I stumbled on the following a while ago on Blissblog:
“Along with the many cross-contaminations between rock-etc and s.f., one thing that Heller’s book reminded me of was that many of the very earliest rock criticism publications were started by people who had previously done science fiction fanzines.
Intensely self-reflexive fields, rock criticism and science fiction share a strange mix of inferiority and superiority complexes. Painfully aware of their marginal position vis-à-vis “proper” journalism and “respectable” literature, they nonetheless believe that they are doing the Most Crucial Writing of Our Time. I can remember from my own days as an adolescent s.f. fanatic being struck by the s.f. writer’s culture of workshops and conventions – by how the writers loved to write essays defining s.f. as a genre, proclaiming its unique contribution to literature. There were even a few volumes of essays by s.f. writers debating s.f. that I remember reading.
Simon Reynolds | Blissblog
This. This exactly describes me during High School. Except replace music with comics. I took pains to let everyone know that comics were the most important thing. I’m sure it was very annoying. Whenever I had to write essays about books in English class, I tried to convince my teachers to let me write about X-Men, Spider-Man, Fantastic Four, and whatever else I was reading at that time. Most of the time I was shut down, but a few teachers indulged as long as I could ‘prove’ to them that comics weren’t just kid’s stuff. Actually that was crucial. It challenged me to look at comics somewhat differently, and probably led to my actively seeking out better comics to impress my teachers.
Every Page a Painting
I have a pretty intense memory of showing Kid Eternity to my teacher. This is the Grant Morrison & Duncan Fegredo 90’s revamp with fully painted art. I remember challenging my teacher to look closely at the art. “It’s all painted” I’d say. “EVERY page is a full painting! Imagine if Michaelangelo had to paint the Sistine Chapel, over and over again, and tell the whole story in that famous painting.” I was definitely already a Science Fiction fan at this point. In Poland, I’d collected the magazine Fantasyka, which serialized sci-fi novels and comics. In the US, I read whatever sci-fi my library had on hand. Harry Harrison, Asimov, Pohl, Piers Anthony, David Eddings, Heinlein, Lem, etc.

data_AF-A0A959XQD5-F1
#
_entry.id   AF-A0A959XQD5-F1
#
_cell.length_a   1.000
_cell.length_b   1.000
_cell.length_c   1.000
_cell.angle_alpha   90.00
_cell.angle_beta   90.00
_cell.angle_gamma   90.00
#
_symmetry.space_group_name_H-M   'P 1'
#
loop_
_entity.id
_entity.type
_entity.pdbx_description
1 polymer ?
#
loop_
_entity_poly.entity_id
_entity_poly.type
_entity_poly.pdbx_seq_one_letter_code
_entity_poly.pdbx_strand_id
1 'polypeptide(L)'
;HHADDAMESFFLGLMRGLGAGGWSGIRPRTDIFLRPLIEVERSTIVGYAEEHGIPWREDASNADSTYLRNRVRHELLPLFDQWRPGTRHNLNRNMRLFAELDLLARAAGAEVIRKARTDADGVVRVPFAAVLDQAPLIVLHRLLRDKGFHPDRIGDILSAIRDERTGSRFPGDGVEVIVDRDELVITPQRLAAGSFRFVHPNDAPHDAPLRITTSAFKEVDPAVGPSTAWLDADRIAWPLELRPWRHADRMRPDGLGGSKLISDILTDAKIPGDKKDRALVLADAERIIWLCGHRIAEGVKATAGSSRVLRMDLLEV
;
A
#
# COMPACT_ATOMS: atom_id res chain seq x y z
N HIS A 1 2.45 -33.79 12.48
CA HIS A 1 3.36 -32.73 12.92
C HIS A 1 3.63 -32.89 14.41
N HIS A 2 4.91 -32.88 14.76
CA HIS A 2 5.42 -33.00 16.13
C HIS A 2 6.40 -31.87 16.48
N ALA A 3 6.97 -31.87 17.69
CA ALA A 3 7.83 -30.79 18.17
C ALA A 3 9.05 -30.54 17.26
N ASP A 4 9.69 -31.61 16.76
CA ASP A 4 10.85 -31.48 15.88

Sub-Genre of Utopia
To speculate wildly here… if we follow Fredrick Jameson’s assertion from Archaeologies of the Future, and think of Science Fiction as a sub-genre of the utopian novel (not the other way around), then sci-fi retains a utopian imaginary somewhere underneath all of the technological dress up. Sci-fi at it’s core imagines and extrapolates different worlds/futures based on different customs, different technologies, different environments (planets), etc. It’s easy to imagine young brains blown to bits by science fictional speculations.
I don’t think that I was consciously doing this at the time, but in retrospect, I must have been thinking about comics as some kind of major human innovation. The comics I was reading were not perfect, but I imagined a different future, where comics were the dominant literature. It’s a science fictional extrapolation. Take something small and insignificant from today, and imagine it as a dominant form in the future. Or at least, as something that has the capacity to become that.
Inventing a Future
I imagine young Gary Groth in a similar mode. He takes over The Nostalgia Journal, a fantasy, sci-fi, comics, fanzine, and turns it into The Comics Journal, the most important magazine in the world. There was an inkling there already, a belligerent insistence on the importance of the medium. And all this without clear evidence for that importance, as The Comics Journal kept reminding us, while frequently berating the industry for failing to make great comics. It comes out of that same era. Sci-fi fanzines, pop/rock fan-zines, comics fanzines – popping up everywhere – creating new critical appreciation for debased art forms; art forms that were new and vital and popular. There was no rule book on how to write about these things. They had to invent it in real time. They were inventing the future in real time.
Tom Kaczynski is an cartoonist, writer, publisher, and teacher. He is the author of the Eisner Award nominated graphic novel Beta Testing the Apocalypse (Fantagraphics), Cartoon Dialectics series, and the forthcoming Trans Terra graphic novel. His comics have appeared in countless anthologies, including The Nib, Mome and many more. Tom K is the founder of Uncivilized Books, a boutique graphic novel publishing house. Since its inception, Uncivilized Books has published acclaimed and award nominated graphic novels by Gabrielle Bell, Noah Van Sciver, David B., Joann Sfar, Sam Alden, Sophie Yanow, and many others. He also teaches comics at Minneapolis College of Art & Design and the University of Minnesota. He lives in Minneapolis with his partner Nikki, two cats, and a dog.